(Reuters Health) - Women who experience sleep disorders like insomnia and apnea during pregnancy may be more likely to deliver premature babies than pregnant women who don’t have trouble sleeping, a U.S. study suggests.
Compared with women who didn’t have sleep problems, women with insomnia were 30 percent more likely to have a preemie and the odds for women with sleep apnea, a breathing disorder, were 50 percent higher, the study found.
“It is normal to experience sleep changes during pregnancy - often due to discomfort, pain or frequent trips to the bathroom,” said lead study author Jennifer Felder, of the University of California, San Francisco.
“The current study focused on more impairing sleep problems that were severe enough to result in a sleep disorder diagnosis,” Felder said by email.
Apnea, a potentially serious sleep disorder that involves repeated stops and starts in breathing, has been linked to high blood pressure during pregnancy, which is an independent risk factor for preterm births. Obesity and advanced age can make apnea more likely.
Even though many pregnant women have insomnia at some point, previous studies haven’t offered a clear picture of how this type of sleep deprivation influences the odds of preterm births.
Worldwide, preterm birth is the leading cause of death for children under 5 years old, the researchers note in the journal Obstetrics and Gynecology.
Pregnancy normally lasts about 40 weeks, and babies born after 37 weeks are considered full term. The new study focused on preterm infants, delivered at 34 to 36 weeks’ gestation, and extremely premature babies delivered before 34 weeks.
In the weeks immediately after birth, preemies often have difficulty breathing and digesting food. They can also encounter longer-term challenges such as impaired vision, hearing, and cognitive skills as well as social and behavioral problems.
The study team examined data on more than 3 million births in California from 2007 to 2012. They focused on 2,172 women who had a sleep disorder diagnosis and compared their birth outcomes to a randomly selected group of 2,172 mothers who were similar in many ways but had no sleep issues.
Women with sleep disorders were more likely to be black, age 35 or older, obese, and to have other medical issues like high blood pressure, diabetes and infections as well as higher odds of smoking or using drugs and alcohol while pregnant. They were also more likely to have a history of preterm birth.
Overall, almost 15 percent of women with sleep disorders had a preterm birth, compared with 11 percent of women without sleep issues.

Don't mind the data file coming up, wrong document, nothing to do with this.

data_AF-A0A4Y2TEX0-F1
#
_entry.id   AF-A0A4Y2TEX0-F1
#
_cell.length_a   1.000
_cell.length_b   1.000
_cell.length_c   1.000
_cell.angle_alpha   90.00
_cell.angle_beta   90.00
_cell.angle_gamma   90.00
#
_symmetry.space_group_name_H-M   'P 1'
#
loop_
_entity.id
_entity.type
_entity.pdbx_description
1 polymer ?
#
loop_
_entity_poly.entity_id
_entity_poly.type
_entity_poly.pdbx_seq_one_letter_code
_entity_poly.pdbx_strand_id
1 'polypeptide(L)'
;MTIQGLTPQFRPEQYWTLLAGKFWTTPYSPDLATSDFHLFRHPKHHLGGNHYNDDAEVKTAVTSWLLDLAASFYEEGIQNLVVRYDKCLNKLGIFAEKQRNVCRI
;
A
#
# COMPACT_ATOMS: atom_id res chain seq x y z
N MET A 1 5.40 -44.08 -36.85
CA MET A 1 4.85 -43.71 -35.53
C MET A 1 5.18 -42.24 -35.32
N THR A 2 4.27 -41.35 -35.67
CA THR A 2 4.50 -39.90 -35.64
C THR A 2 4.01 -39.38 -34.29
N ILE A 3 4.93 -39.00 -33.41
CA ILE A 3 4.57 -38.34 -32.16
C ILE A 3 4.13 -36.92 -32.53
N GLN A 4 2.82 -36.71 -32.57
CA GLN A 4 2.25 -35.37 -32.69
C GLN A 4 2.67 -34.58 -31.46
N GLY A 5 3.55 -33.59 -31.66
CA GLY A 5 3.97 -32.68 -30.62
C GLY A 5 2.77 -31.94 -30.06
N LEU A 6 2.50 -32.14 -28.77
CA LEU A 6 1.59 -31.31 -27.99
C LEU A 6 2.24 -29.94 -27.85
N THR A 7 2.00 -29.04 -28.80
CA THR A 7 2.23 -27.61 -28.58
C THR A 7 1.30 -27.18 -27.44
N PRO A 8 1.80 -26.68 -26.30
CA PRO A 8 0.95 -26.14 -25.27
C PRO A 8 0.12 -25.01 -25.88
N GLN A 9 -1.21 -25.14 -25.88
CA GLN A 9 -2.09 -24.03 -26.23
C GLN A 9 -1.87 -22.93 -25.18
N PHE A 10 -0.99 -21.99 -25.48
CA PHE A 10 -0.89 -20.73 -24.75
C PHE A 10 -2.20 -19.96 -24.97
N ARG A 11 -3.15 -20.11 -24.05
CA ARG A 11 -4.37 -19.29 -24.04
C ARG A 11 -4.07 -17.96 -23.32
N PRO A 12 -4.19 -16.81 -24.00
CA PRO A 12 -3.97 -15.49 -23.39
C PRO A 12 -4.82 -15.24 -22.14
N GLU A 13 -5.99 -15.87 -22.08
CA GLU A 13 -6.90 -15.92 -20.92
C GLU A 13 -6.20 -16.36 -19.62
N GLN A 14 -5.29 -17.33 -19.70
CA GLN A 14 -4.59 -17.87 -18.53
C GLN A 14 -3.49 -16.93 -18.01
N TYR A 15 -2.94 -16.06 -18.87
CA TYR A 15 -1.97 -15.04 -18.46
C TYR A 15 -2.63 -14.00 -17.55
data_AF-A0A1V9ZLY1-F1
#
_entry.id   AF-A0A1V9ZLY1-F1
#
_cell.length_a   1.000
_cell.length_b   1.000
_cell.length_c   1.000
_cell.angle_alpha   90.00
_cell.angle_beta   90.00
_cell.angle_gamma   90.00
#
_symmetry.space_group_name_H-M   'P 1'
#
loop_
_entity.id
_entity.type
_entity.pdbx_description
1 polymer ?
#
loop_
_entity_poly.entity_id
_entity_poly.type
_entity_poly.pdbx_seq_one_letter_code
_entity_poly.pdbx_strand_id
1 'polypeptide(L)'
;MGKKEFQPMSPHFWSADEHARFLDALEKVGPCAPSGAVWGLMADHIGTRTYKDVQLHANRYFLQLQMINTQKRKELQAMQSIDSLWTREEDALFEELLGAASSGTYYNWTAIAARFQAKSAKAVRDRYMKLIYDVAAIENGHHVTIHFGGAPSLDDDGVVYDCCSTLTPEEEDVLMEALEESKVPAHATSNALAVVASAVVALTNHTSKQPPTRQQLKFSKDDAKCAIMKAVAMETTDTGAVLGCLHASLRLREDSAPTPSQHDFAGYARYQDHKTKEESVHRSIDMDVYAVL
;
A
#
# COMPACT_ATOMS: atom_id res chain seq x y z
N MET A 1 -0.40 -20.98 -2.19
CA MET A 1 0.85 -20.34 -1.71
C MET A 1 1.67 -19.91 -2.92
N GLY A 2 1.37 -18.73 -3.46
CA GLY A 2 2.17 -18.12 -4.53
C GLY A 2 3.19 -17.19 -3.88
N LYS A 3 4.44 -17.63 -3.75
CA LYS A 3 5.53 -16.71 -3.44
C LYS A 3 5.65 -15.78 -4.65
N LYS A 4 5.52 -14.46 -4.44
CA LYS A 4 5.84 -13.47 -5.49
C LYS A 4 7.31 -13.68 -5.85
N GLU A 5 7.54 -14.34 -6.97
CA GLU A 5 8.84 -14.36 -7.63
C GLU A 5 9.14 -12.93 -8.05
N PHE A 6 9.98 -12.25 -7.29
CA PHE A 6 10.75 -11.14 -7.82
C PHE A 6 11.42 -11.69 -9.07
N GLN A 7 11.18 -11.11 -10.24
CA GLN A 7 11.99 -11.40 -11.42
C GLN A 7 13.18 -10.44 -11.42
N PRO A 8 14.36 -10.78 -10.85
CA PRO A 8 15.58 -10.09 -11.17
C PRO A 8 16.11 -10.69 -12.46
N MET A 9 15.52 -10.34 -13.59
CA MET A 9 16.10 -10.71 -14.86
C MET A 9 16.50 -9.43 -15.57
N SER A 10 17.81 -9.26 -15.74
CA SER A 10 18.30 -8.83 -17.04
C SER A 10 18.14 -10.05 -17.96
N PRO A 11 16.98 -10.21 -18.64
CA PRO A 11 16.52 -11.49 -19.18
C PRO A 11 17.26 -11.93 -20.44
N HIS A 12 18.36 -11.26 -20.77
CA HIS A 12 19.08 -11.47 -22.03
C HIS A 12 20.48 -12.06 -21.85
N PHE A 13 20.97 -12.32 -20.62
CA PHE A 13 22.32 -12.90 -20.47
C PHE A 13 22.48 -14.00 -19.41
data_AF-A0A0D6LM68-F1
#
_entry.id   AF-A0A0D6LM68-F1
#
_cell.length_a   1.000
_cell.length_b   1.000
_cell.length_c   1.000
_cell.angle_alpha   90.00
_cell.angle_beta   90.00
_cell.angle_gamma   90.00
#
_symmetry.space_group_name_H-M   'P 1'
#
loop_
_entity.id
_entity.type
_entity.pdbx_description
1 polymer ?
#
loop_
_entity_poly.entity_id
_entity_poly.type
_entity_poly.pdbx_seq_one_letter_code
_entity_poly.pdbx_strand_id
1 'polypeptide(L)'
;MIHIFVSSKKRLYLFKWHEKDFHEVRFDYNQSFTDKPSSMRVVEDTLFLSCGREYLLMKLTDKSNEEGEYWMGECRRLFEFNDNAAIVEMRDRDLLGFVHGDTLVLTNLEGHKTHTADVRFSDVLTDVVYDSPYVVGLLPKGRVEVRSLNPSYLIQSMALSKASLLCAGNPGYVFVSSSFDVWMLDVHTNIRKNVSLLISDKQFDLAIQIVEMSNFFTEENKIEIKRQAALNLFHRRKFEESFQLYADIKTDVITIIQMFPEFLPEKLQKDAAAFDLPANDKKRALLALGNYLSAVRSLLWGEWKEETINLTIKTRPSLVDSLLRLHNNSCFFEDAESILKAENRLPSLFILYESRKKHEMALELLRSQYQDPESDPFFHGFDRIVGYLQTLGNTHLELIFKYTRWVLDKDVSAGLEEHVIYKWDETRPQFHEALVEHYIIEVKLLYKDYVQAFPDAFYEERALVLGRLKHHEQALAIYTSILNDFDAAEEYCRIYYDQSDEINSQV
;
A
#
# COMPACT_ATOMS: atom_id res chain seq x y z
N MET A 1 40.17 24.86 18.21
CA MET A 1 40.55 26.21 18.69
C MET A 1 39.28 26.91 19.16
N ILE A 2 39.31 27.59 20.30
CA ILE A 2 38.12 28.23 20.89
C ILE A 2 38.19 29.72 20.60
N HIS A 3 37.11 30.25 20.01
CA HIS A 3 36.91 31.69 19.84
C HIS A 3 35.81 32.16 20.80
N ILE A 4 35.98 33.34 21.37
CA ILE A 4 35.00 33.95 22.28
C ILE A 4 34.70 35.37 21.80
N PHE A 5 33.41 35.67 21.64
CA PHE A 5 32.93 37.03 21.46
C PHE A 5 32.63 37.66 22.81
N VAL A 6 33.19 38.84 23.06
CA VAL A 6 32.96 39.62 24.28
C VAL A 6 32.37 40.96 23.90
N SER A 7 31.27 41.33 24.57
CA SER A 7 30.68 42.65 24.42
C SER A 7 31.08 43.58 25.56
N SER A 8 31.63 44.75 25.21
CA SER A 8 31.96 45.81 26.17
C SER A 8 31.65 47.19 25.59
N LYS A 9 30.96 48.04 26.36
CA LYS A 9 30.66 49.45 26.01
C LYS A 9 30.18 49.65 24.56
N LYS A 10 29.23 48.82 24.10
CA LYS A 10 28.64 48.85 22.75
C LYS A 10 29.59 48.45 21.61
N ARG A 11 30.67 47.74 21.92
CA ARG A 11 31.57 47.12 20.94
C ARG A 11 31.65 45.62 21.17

The study wasn’t a controlled experiment designed to prove how or even whether sleep disorders directly cause preterm births.
Even so, the results offer fresh evidence of the link between sleep disorders and early arrivals, said Dr. Ghada Bourjeily, a researcher at Warren Alpert Medical School of Brown University in Providence, Rhode Island, who wasn’t involved in the study.
“Sleep appears to get worse in pregnancy in many, even women who do not have a preexisting sleep disorder,” Bourjeily said by email. “Unfortunately, we do not know yet whether improving sleep quality before or during pregnancy would prevent development of negative outcomes such as preterm birth.”
Starting pregnancy at a healthy weight, however, may make sleep disorders less likely, said Dr. Amos Grunebaum, director of obstetrics at NewYork-Presbyterian Hospital/Weill Cornell Medical Center in New York.
“Being overweight or obese increases your risk of having a sleep disorder,” Grunebaum, who wasn’t involved in the study, said by email. “It also increases pregnancy complications.”
When sleep disorders do surface during pregnancy, women should discuss symptoms in detail with their doctors, said Dr. Milena Pavlova, a researcher at Brigham and Women’s Hospital in Boston who wasn’t involved in the study. This includes any issues with breathing, gasping or choking at night or any uncomfortable leg or body sensations that prevent sleep.
Expectant mothers should also make sleep a priority in their schedules, Pavlova, who wasn’t involved in the study, said by email.
“Allow enough time for sleep - the life you save may be your baby’s,” Pavlova said.
SOURCE: bit.ly/2j2fR06 Obstetrics and Gynecology, online August 8, 2017.
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